If Your Degree Doesn't Get You a Job, Is It Still Worth It?
I sat in the middle of a crowd, tears streaming down my face. I tried to wipe them away discreetly, but I couldn't stop crying. The other congregants probably didn't notice, but I felt on display. The pastor was giving what should have been an encouraging sermon, and the crowd was responding well. But for me, each word ripped the scabs off recent wounds.
"Work is a calling on every person's life," the pastor said. "God called Adam and Eve to work in Genesis 1:28, before the Fall. That means work is good. A middle-aged factory worker has a calling, even if he feels as though it's just a job to pay the bills and take care of his family."
As a young woman just entering the workforce, I connected to that fictional middle-aged man who felt ashamed of his factory job. I had spent three-and-a-half years earning a master's degree in Christian formation and soul care because I felt that God's calling on my life was to serve others in that capacity. Even though seminary would cost a lot more money on top of the pile of loans I had already accrued, I knew a master's degree would fulfill the passions and abilities God put in me. That was worth whatever price I had to pay.
Yet here I was, cutting fabric and stocking shelves at Jo-Ann Fabric to make ends meet.
The High Cost of Education
I came to Jo-Ann's by way of Panera. I had finished my master's program, gotten married, and moved across the United States for my husband's residency. Having worked at a Panera to make ends meet during seminary, I was able to transfer to another location in our new area, thinking it would be a short-term fix to keep us afloat financially. In the meantime, I searched for a job in soul care.
As the months passed, I spiraled into a depression of self-doubt. Few jobs fit my education, and those I applied for neglected to respond to my resumes. It was a lonely period in my life. After nine months of this, my husband's residency ended, so we moved halfway across the country again to live with my in-laws since we were unable to find jobs to sustain us financially.
It felt like we had hit a new low. My husband and I moved into his childhood bedroom, framed master's diplomas in tow. Our furniture collected dust in a warehouse under boxes of unopened wedding gifts and seminary textbooks. Had God pressed "pause" on our lives, and then walked out of the room?
Surprisingly, in the depths of my depression, God revitalized my spirit through my mother- and father-in-law's encouragement and a Bible study at church. I became the education coordinator at Jo-Ann Fabric, managing teachers and classes instead of taking orders. We were fed emotionally and spiritually as we searched for the next step in our lives together. After six months, my husband found a job, so we trekked back across the country with feelings of hope and expectation, knowing this move would be permanent.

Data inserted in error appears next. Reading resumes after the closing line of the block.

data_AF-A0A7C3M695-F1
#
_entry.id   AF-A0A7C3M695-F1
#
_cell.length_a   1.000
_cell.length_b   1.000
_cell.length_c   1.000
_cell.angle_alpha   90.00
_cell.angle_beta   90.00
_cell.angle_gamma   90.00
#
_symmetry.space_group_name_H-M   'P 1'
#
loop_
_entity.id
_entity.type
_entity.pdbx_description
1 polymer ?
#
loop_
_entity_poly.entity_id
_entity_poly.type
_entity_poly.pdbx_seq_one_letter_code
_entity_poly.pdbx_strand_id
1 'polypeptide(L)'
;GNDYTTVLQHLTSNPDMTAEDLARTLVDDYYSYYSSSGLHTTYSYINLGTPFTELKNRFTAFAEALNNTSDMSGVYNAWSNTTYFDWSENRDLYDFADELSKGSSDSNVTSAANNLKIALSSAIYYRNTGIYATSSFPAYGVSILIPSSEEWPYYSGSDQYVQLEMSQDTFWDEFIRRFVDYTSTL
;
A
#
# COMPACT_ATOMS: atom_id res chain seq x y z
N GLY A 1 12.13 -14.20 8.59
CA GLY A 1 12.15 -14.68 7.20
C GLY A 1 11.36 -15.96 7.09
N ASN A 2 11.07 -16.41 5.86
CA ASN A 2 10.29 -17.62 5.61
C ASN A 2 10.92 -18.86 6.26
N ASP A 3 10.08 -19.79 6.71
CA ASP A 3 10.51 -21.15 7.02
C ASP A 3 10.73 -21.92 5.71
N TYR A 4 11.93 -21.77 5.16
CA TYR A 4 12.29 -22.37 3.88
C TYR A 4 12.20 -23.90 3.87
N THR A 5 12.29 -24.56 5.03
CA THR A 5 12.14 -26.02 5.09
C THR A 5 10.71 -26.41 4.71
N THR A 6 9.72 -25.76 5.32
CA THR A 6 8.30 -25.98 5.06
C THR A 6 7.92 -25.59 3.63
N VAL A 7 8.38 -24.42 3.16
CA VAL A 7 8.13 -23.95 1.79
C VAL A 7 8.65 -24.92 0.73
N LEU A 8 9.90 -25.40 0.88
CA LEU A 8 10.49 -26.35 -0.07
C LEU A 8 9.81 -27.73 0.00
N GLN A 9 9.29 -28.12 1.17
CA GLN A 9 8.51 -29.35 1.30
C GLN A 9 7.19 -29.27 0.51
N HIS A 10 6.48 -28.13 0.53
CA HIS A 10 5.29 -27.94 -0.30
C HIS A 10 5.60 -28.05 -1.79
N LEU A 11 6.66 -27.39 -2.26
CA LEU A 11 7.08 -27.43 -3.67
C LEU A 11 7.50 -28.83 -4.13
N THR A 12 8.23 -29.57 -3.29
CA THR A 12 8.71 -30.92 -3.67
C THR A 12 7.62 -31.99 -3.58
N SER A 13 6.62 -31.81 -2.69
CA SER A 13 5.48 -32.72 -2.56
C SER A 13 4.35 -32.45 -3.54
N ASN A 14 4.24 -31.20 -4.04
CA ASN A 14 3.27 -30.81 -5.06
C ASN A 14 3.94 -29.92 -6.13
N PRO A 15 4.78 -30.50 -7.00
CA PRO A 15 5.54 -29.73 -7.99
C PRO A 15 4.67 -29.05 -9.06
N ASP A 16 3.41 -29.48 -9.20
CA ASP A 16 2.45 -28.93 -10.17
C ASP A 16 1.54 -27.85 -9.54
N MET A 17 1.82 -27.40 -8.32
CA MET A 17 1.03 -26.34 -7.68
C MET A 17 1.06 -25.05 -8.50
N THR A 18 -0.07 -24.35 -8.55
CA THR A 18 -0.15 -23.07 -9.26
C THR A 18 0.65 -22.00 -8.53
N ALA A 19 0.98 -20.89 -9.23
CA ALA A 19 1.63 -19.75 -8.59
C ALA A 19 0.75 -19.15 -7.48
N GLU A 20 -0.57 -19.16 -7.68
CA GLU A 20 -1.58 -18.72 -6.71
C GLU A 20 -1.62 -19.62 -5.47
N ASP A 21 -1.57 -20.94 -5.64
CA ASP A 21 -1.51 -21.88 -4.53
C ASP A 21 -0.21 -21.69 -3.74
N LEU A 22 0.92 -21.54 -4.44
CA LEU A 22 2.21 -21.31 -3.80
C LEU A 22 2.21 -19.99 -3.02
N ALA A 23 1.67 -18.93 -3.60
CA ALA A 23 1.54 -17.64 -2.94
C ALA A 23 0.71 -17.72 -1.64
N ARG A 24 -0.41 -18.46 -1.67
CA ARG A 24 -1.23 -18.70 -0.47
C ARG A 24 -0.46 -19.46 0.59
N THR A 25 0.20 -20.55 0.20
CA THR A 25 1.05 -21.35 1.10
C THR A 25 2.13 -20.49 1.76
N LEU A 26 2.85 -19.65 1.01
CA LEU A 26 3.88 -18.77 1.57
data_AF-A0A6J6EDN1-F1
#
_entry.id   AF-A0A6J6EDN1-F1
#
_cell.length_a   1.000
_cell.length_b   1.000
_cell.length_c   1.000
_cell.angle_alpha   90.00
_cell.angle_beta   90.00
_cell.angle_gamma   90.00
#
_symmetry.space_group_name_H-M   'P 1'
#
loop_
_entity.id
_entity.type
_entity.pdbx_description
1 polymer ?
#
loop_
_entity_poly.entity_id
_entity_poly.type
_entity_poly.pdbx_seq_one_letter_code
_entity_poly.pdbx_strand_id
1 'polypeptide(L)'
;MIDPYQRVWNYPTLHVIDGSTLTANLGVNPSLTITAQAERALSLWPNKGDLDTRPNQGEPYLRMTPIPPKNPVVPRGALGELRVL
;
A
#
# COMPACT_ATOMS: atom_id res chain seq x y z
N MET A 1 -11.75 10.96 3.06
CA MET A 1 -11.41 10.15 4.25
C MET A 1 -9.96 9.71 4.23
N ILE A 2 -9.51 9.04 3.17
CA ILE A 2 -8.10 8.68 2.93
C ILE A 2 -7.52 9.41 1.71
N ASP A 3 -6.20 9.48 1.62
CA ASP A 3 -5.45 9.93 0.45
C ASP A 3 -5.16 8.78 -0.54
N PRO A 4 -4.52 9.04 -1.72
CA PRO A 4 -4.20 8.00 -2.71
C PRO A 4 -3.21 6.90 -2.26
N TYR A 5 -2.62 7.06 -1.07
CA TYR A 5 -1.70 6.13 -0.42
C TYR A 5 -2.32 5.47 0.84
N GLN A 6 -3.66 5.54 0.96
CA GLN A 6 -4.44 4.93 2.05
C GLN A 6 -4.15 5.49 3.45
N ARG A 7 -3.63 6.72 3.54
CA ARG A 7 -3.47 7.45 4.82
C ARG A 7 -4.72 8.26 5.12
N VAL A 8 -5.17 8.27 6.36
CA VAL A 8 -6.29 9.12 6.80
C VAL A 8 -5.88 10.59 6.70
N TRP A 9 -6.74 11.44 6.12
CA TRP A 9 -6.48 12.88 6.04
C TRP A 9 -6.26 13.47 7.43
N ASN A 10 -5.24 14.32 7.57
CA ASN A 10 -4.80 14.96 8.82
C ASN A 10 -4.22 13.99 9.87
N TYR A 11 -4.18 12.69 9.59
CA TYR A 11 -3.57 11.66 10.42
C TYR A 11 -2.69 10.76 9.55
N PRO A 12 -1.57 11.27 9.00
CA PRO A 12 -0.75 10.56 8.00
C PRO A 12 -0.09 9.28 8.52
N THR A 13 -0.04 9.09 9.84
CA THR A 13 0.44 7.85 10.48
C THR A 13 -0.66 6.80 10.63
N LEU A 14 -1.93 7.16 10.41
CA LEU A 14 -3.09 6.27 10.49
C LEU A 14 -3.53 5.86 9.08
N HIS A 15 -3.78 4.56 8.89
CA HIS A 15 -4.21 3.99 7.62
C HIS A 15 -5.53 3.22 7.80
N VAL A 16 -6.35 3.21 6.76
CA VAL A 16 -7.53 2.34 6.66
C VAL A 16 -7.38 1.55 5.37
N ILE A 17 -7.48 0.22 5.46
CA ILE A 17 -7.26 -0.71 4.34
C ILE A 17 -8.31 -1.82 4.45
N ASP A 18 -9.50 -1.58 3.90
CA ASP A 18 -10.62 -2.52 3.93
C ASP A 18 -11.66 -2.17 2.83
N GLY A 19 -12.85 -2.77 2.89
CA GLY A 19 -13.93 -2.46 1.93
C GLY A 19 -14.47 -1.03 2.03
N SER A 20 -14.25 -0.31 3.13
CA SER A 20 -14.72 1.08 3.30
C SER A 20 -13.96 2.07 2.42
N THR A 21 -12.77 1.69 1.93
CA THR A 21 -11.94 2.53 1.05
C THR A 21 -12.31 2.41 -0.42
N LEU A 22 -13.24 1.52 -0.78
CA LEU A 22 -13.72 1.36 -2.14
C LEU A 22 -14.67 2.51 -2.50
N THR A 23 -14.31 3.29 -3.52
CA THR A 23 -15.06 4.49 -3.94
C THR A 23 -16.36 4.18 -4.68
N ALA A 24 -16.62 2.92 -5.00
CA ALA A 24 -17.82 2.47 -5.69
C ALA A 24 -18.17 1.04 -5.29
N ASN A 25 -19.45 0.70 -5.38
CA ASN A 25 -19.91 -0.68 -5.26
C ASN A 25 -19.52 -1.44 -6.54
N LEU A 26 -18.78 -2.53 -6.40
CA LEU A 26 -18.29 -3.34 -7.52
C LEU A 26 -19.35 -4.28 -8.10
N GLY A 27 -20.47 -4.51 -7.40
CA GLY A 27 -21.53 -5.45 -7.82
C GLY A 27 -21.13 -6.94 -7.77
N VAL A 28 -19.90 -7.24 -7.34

I transferred to a Jo-Ann Fabric in our new location and looked forward to part-time hours that allowed me to start making a home and search for the job I'd been waiting for—the one I felt sure was right around the corner.
Shortly after, I received a lead for what sounded like a perfect job for me. I didn't want to get my hopes up, but everything finally seemed to be falling into place. After interviewing with the company and receiving information on pay and hours, I received the call that others were more qualified than I was. The news tore me to shreds. As much as I had tried to moderate my optimism, I really had expected it to work out. God had delivered my husband into a wonderful job, and it was my turn to see his favor.
I went back to work the next day to cut fabric, doing the best I could to contribute to our family.
Months later, I sat in church listening to the pastor preach about the dignity of work through the blur of tears. I should have been encouraged. I thought to myself, I am following one of God's callings on my life as I go to my part-time job each day. Cutting fabric allows others to pursue creative projects. I help people do what they love. It's a job that makes the world go 'round.
But the pastor's encouragement fell on deaf ears for me. I couldn't move past the fact that I knew God had a job out there for me that would fulfill the passions he put in my heart, but he hadn't given it to me yet. I felt like I wasn't being used to my fullest potential.
I'm slowly learning that even though my current job might not line up with the timetable I had planned, I still go to work every day out of love and obedience to God.
I don't have it all figured out yet. I have days I avoid thinking about pursuing a job within my education—it's too painful. Some days I spiral into a depressed state and doubt my worth. Other days I ask God why we're not even close to being in a financially stable position to start having children. But the good days are starting to outnumber the bad.
I don't regret going to seminary and amassing considerable debt. Soul care isn't the type of profession you pursue to get rich. I chose this path because I felt it was the best way for me to serve God and his people. I know he has a purpose. I have seen his provision through every step of my education, and that gives me hope that he will provide in the future. In the meantime, I will continue to obey God in my part-time job and pursue creative ways to satisfy the passions he created in me.
Liz Rohane lives with her husband in Wheaton, Illinois. She has a Master of Arts in Christian Formation and Soul Care.
Image Courtesy of Mitya Ku / flickr.
Read more articles that highlight writing by Christian women at ChristianityToday.com/Women
If Your Degree Doesn't Get You a Job, Is It Still Worth It?
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